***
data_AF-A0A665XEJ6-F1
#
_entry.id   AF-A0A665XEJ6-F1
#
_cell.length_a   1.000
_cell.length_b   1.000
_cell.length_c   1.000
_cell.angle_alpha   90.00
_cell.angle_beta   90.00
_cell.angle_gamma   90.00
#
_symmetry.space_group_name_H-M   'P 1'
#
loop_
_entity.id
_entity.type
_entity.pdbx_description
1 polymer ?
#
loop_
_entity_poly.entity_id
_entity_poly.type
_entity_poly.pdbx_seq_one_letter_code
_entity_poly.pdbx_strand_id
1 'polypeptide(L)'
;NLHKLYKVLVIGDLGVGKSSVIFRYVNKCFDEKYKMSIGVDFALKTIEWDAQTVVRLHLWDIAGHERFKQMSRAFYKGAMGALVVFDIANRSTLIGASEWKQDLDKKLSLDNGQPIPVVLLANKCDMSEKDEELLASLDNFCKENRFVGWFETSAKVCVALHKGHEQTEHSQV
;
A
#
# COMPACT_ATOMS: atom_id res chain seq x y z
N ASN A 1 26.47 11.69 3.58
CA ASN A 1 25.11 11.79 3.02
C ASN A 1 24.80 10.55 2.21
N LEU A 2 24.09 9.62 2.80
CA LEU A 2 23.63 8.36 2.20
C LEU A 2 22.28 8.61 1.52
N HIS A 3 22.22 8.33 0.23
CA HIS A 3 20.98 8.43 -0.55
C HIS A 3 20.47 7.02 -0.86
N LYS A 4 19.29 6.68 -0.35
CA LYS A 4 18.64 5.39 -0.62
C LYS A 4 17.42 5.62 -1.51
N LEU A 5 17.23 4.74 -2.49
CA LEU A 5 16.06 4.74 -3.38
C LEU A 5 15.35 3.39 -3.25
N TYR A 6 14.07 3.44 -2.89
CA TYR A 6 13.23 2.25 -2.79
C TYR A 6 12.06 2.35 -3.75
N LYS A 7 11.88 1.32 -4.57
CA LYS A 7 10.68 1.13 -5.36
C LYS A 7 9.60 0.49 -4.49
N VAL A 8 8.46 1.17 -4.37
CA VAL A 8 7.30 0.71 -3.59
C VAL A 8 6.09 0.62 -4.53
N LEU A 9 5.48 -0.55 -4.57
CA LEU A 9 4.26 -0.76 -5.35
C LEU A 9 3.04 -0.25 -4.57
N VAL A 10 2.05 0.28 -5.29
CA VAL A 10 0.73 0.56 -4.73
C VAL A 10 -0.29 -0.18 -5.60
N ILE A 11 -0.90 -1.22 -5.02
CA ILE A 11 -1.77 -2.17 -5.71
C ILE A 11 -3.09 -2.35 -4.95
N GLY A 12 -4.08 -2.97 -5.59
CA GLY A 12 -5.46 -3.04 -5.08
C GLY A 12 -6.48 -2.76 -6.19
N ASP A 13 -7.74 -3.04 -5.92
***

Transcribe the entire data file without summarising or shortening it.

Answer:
data_AF-A0A665XEJ6-F1
#
_entry.id   AF-A0A665XEJ6-F1
#
_cell.length_a   1.000
_cell.length_b   1.000
_cell.length_c   1.000
_cell.angle_alpha   90.00
_cell.angle_beta   90.00
_cell.angle_gamma   90.00
#
_symmetry.space_group_name_H-M   'P 1'
#
loop_
_entity.id
_entity.type
_entity.pdbx_description
1 polymer ?
#
loop_
_entity_poly.entity_id
_entity_poly.type
_entity_poly.pdbx_seq_one_letter_code
_entity_poly.pdbx_strand_id
1 'polypeptide(L)'
;NLHKLYKVLVIGDLGVGKSSVIFRYVNKCFDEKYKMSIGVDFALKTIEWDAQTVVRLHLWDIAGHERFKQMSRAFYKGAMGALVVFDIANRSTLIGASEWKQDLDKKLSLDNGQPIPVVLLANKCDMSEKDEELLASLDNFCKENRFVGWFETSAKVCVALHKGHEQTEHSQV
;
A
#
# COMPACT_ATOMS: atom_id res chain seq x y z
N ASN A 1 26.47 11.69 3.58
CA ASN A 1 25.11 11.79 3.02
C ASN A 1 24.80 10.55 2.21
N LEU A 2 24.09 9.62 2.80
CA LEU A 2 23.63 8.36 2.20
C LEU A 2 22.28 8.61 1.52
N HIS A 3 22.22 8.33 0.23
CA HIS A 3 20.98 8.43 -0.55
C HIS A 3 20.47 7.02 -0.86
N LYS A 4 19.29 6.68 -0.35
CA LYS A 4 18.64 5.39 -0.62
C LYS A 4 17.42 5.62 -1.51
N LEU A 5 17.23 4.74 -2.49
CA LEU A 5 16.06 4.74 -3.38
C LEU A 5 15.35 3.39 -3.25
N TYR A 6 14.07 3.44 -2.89
CA TYR A 6 13.23 2.25 -2.79
C TYR A 6 12.06 2.35 -3.75
N LYS A 7 11.88 1.32 -4.57
CA LYS A 7 10.68 1.13 -5.36
C LYS A 7 9.60 0.49 -4.49
N VAL A 8 8.46 1.17 -4.37
CA VAL A 8 7.30 0.71 -3.59
C VAL A 8 6.09 0.62 -4.53
N LEU A 9 5.48 -0.55 -4.57
CA LEU A 9 4.26 -0.76 -5.35
C LEU A 9 3.04 -0.25 -4.57
N VAL A 10 2.05 0.28 -5.29
CA VAL A 10 0.73 0.56 -4.73
C VAL A 10 -0.29 -0.18 -5.60
N ILE A 11 -0.90 -1.22 -5.02
CA ILE A 11 -1.77 -2.17 -5.71
C ILE A 11 -3.09 -2.35 -4.95
N GLY A 12 -4.08 -2.97 -5.59
CA GLY A 12 -5.46 -3.04 -5.08
C GLY A 12 -6.48 -2.76 -6.19
N ASP A 13 -7.74 -3.04 -5.92